Al Ching was at the workbench in his garage applying a bead of ruby red epoxy to the edge of an outrigger canoe paddle.
“She smacked it pretty good,” Ching said of the woman whose paddle he was repairing.
He held the paddle up to the low morning sunlight streaming into the one car garage behind his early California bungalow in Redondo Beach.
“Look how it glows,” he said.
He wasn’t referring just to the blade’s ring of gem-like epoxy, but to the whole paddle. The shaft and T-top were white poplar. The blade was western red cedar, the same wood used to skin racing shells before carbon fiber. Some outrigger canoes are also now carbon fiber.
But Ching has no interest in carbon fiber. “Carbon fiber doesn’t flex and causes shoulder and elbow injuries,” he said.
Ching can make a good argument for wood paddles. Last year, his son Danny won the 2013 OC1 (one-man outrigger canoe) Molokai to Oahu race with one of his dad’s paddles for the second time. Danny is the only non-Hawaiian ever to win the race.
But even if a superior synthetic material were found, Ching would not abandon the centuries-old tradition of wood paddles.
“No two wood paddles are alike, just as no two paddlers are alike,” he said.
Ching’s garage was stacked to the ceiling with boxes of paddles, most nearly empty because it was the end of the iron outrigger canoe season.
The Outrigger Iron Championships in San Diego, the fifth and final race of the 2014 iron series was set for June 28, just two days away.
While repairing the broken paddle Ching received a call from another female paddler. She needed a 50-inch paddle for the San Diego race.
Ching hung up shaking his head.
“She’s shorter than me, and I use a 49-inch paddle,” he said. “Her boat probably wanted a 50 because when we switch out paddlers, we don’t switch out paddles. So she’s paying for a paddle that’s too big for her to help the team.”
He pulled down a 49-inch paddle.
Ching began making outrigger canoe paddles 25 years ago out of frustration with his sport’s notoriously unreliable equipment manufacturers.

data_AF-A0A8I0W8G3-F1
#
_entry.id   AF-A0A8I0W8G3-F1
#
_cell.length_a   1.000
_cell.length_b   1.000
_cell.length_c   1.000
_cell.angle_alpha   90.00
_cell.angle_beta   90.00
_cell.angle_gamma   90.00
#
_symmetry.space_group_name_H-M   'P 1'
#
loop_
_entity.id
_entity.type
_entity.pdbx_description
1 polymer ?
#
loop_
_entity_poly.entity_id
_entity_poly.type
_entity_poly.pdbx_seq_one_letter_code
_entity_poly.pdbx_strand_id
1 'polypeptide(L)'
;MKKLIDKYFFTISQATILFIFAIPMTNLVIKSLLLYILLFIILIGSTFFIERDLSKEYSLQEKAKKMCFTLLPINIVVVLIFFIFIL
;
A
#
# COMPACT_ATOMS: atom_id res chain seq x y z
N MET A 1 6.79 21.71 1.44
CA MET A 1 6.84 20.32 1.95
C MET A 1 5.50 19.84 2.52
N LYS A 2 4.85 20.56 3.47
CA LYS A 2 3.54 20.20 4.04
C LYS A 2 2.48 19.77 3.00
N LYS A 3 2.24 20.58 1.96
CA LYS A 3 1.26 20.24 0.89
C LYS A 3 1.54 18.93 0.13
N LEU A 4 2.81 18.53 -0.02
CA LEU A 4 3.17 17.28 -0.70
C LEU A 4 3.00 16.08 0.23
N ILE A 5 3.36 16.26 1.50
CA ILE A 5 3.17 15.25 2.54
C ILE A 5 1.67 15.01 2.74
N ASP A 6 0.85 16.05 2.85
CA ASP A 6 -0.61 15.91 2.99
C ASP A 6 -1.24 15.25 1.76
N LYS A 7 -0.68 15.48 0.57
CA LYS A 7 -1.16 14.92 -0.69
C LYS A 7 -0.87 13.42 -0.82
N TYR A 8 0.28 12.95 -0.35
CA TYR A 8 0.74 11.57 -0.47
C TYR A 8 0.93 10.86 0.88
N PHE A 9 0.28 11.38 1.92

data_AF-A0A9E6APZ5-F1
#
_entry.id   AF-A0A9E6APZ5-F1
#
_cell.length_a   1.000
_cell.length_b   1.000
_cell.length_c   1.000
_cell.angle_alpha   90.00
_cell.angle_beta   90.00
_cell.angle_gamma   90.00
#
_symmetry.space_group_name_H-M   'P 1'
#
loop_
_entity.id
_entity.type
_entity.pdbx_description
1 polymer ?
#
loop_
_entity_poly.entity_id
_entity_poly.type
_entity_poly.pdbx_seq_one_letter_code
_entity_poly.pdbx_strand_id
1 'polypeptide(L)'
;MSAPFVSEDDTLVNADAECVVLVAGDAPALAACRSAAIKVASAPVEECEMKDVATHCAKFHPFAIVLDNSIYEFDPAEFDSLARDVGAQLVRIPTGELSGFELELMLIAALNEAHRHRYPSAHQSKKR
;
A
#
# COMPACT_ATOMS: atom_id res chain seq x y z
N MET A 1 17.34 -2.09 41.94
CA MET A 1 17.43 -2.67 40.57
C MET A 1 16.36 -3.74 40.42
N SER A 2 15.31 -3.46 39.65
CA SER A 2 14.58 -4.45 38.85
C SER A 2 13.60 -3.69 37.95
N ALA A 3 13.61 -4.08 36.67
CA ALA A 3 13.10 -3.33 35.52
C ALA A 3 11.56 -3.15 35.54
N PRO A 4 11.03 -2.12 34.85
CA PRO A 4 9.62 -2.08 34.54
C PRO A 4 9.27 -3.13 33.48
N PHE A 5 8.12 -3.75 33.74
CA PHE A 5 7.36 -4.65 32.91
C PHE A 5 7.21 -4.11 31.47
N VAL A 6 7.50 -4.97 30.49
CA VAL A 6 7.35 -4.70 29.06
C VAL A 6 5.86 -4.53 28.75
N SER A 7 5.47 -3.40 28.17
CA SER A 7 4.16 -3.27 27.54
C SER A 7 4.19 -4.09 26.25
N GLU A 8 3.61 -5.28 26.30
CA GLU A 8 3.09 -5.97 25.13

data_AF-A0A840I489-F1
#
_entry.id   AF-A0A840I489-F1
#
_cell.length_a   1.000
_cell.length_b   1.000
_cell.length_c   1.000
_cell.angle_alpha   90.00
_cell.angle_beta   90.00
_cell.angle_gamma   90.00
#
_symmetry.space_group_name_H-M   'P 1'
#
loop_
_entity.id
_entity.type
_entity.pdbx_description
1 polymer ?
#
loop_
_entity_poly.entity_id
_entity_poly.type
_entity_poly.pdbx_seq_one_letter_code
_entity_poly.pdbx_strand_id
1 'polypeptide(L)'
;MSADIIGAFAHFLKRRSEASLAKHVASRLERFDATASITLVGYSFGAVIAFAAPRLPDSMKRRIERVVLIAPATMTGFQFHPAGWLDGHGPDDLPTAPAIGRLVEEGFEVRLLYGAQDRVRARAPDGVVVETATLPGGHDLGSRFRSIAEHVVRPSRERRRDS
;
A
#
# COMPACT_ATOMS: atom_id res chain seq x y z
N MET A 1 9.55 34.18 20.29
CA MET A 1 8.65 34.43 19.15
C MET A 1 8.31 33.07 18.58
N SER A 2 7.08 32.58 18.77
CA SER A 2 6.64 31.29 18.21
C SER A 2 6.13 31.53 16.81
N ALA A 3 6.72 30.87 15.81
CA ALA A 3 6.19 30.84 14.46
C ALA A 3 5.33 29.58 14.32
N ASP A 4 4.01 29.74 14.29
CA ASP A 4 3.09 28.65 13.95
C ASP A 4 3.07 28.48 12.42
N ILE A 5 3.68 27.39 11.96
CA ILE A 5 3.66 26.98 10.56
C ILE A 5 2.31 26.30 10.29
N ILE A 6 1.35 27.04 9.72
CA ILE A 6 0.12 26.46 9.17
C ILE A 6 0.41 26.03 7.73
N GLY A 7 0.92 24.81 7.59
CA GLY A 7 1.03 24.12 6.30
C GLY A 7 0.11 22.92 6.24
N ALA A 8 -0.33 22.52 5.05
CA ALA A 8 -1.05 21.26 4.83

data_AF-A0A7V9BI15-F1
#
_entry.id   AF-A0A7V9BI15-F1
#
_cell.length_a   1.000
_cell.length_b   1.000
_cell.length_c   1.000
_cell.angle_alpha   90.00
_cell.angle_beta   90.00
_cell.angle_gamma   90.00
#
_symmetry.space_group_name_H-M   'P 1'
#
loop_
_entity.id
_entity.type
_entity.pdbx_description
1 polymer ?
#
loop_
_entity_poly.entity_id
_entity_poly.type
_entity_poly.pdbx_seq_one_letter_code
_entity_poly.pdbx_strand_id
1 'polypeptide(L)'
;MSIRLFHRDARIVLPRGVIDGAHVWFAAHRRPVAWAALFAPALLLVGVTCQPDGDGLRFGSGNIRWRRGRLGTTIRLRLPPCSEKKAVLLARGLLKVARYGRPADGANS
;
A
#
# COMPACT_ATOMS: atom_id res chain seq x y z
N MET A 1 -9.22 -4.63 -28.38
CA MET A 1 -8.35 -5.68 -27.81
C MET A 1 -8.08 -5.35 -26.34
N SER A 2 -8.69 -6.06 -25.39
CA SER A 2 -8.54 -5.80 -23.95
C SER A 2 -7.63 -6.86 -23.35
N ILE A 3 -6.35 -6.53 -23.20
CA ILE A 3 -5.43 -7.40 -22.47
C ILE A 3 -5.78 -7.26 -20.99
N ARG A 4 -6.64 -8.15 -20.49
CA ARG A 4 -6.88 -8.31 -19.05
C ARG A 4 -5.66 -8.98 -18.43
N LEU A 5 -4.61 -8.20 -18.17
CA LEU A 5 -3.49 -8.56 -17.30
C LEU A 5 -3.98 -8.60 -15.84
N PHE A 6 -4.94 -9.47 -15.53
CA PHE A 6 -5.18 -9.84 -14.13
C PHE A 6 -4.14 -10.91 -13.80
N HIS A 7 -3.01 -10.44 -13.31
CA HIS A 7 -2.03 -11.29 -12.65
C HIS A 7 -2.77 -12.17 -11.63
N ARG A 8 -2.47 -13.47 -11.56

“The paddle you ordered at the start of the season would arrive at the end of the season,” he said.
When demand for his paddles threatened to put him behind in deliveries he found a recreational paddle maker in Wisconsin to help him.The father and son shop was called Mud Brook, after a nearby creek.
Today, Ching’s Mudbrook Racing Paddles sells nearly 1,000 paddles a year. Like the woman who phoned him, and the woman whose paddle he was repairing, many go to members of the Lanakila Outrigger Canoe Club in King Harbor, which he help found in 1970.
Ching grew up in Waikiki in what he recalls as an “era of innocence.”
“We hitchhiked everywhere and knew everyone,” he said. In high school, he rowed crew, played football and surfed. With money earned as a utility boy at the Hawaii Village Hotel, he dropped a bored-out Mercury block into a ‘46 Ford.
“Every weekend night my friends and I would race on country roads, trying to outrun the cops. One night I tried to lose them in a cane field. But they knew the outlets and waited for me.
“The chief recognized me and called my dad. My dad competed in hunting tournaments and the only gun range on the island was the police range.
“He told my dad he’d wipe my record clean if I joined the Marines.”
The offer was readily accepted. Ching’s dad had been climbing a telephone pole when the Japanese attacked Pearl Harbor.
Ching spent the better part of the next four years as a radioman in Taiwan, then still known by its Portuguese name Formosa, eavesdropping on North Vietnam transmissions and relaying classified communications to U.S. advisors in South Vietnam.
After being shipped to Camp Pendleton and discharged, he enrolled at Pasadena City College, and then Los Angeles State College.
“On weekends, my friends and I would go to all the beach towns to play volleyball. We liked Hermosa the best. So after college I rented a place on Ninth Street, across from Fat Face Fenner’s Faloon and lived there for 25 years.”
One morning during breakfast at the Surfboarder, Jim and Jane Gierlich, who were regulars also Surfboarder regulars, asked him to do some carpentry work on their Strand home. That led to cleaning the couple’s home and the couple’s friends’ homes and finally a cleaning service that would be Ching’s livelihood.
But his life was outrigger canoes.
In 1970, at the Little Hawaii bar in Los Angeles, Ching met Sanford “Sandy” Kahanamoku, nephew of Duke Kahanamoku, and co-founder of the Marina Del Rey Outrigger Canoe Club.
“Sandi invited my friends and I to watch a race in Santa Monica the following morning. When we showed up, he counted six of us and put us in a canoe. We raced in our undershorts and placed second. That evening we went back to Little Hawaii and danced on top of the piano bar with a bunch of the paddlers. We were hooked.”
Ching, his brother Ralph and and a few friends rebuilt an old canoe they found half buried in the sand next to a fraternity house on The Strand. They named it Kaku (barracuda).